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http://timesunion.com/AspStories/story. ... =9/13/2007
Water pistol prizes draw a sharp rebuke
Albany library official says only a few were given out as rewards for summer reading program
By TIM O'BRIEN, Staff writer
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First published: Thursday, September 13, 2007
ALBANY -- A Common Council member criticized the Albany Public Library for handing out water pistols as prizes for students who read four books this summer.
Council member James P. Sano, a Democrat, said the library's Pine Hills branch sent the wrong message to children at a time the city has formed a task force on gun violence.
"They must have been out of rubber knives and candy cigarettes that day," Sano said as he waved the toy gun during the council's caucus last week. "They couldn't give out books or bookmarks?"
Tim Burke, the acting director of the library, said it was a mistake that won't happen again.
"They buy these bulk packages of prizes that included a couple of those," he said. "It was just a few out of many, many prizes we handed out."
Sano said he took the water pistol from a 9-year-old boy while working as a lifeguard, and the child told him where he had received it.
"I was surprised and disappointed that this was a prize that was given away," he said. "We shouldn't send mixed messages to kids that we give a replica of a firearm."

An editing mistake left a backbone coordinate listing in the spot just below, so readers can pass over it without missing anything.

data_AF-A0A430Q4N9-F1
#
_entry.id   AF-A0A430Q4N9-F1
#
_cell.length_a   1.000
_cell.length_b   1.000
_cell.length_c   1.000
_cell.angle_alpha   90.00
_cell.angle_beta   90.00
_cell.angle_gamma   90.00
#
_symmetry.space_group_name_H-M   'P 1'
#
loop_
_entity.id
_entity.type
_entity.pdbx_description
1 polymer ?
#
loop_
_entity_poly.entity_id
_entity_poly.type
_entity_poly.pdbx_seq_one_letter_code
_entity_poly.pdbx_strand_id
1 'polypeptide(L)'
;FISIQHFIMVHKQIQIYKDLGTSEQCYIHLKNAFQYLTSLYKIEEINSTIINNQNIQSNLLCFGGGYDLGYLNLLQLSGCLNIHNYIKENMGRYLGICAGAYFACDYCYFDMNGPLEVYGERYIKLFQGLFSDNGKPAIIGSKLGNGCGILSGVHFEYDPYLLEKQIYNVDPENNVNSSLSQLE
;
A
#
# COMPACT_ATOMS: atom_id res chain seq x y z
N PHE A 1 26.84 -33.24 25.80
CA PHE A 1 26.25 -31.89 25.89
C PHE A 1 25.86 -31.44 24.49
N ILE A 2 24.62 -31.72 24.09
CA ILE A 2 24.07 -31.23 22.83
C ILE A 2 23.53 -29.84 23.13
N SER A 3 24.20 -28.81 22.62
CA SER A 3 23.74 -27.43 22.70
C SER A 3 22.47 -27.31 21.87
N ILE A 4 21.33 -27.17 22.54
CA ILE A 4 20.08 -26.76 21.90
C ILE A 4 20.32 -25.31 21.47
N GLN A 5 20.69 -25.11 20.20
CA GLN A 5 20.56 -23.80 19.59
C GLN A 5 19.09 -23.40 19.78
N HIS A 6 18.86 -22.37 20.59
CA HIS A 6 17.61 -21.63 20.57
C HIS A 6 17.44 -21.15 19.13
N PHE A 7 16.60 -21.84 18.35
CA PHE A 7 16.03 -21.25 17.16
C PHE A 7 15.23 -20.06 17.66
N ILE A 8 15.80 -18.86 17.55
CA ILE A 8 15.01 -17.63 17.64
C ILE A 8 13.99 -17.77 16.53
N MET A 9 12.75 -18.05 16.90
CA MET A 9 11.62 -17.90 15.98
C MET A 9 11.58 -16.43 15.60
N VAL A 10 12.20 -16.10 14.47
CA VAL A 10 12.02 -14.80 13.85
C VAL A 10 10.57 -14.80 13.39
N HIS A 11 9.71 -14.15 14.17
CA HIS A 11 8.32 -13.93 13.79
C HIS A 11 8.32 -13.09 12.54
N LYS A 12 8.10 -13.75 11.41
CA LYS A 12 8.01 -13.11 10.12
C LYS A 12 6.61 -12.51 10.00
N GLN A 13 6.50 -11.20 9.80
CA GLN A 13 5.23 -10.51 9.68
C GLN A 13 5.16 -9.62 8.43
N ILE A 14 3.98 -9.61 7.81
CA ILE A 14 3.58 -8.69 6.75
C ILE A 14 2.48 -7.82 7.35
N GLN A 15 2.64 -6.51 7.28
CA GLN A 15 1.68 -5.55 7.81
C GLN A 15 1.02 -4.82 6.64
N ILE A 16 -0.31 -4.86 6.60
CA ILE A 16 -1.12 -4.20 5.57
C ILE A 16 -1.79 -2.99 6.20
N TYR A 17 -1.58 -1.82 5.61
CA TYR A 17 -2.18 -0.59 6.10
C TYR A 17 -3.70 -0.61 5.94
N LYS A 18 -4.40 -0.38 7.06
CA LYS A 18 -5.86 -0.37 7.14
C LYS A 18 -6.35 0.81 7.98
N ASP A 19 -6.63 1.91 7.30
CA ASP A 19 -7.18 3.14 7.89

The issue is especially sensitive after Shahied Oliver, 15, of Albany was gunned down Aug. 18 at a birthday party in the Skyline Gardens Apartments in Arbor Hill.
Another 15-year-old, Nahjaliek McCall of Green Street, has been charged with the murder and pleaded not guilty last week in Albany County Court.
This year's statewide theme for the library reading program was "Get a Clue at Your Library." Burke suspects the water pistols were meant to go along with the detective theme, but said he wishes they were not given out.
"We certainly should have been more sensitive about that," he said.
The reading program aims to help keep kids off the street and out of trouble, Burke said. This year, 800 children and teenagers participated, reading a total of 3,400 books.
"It was a wonderful, successful summer reading program that is meant to teach kids to do important things instead of hanging around with guns and drugs," he said. "We would like to take that back if we could."
Tim O'Brien can be reached at 454-5092 or by e-mail at [email protected].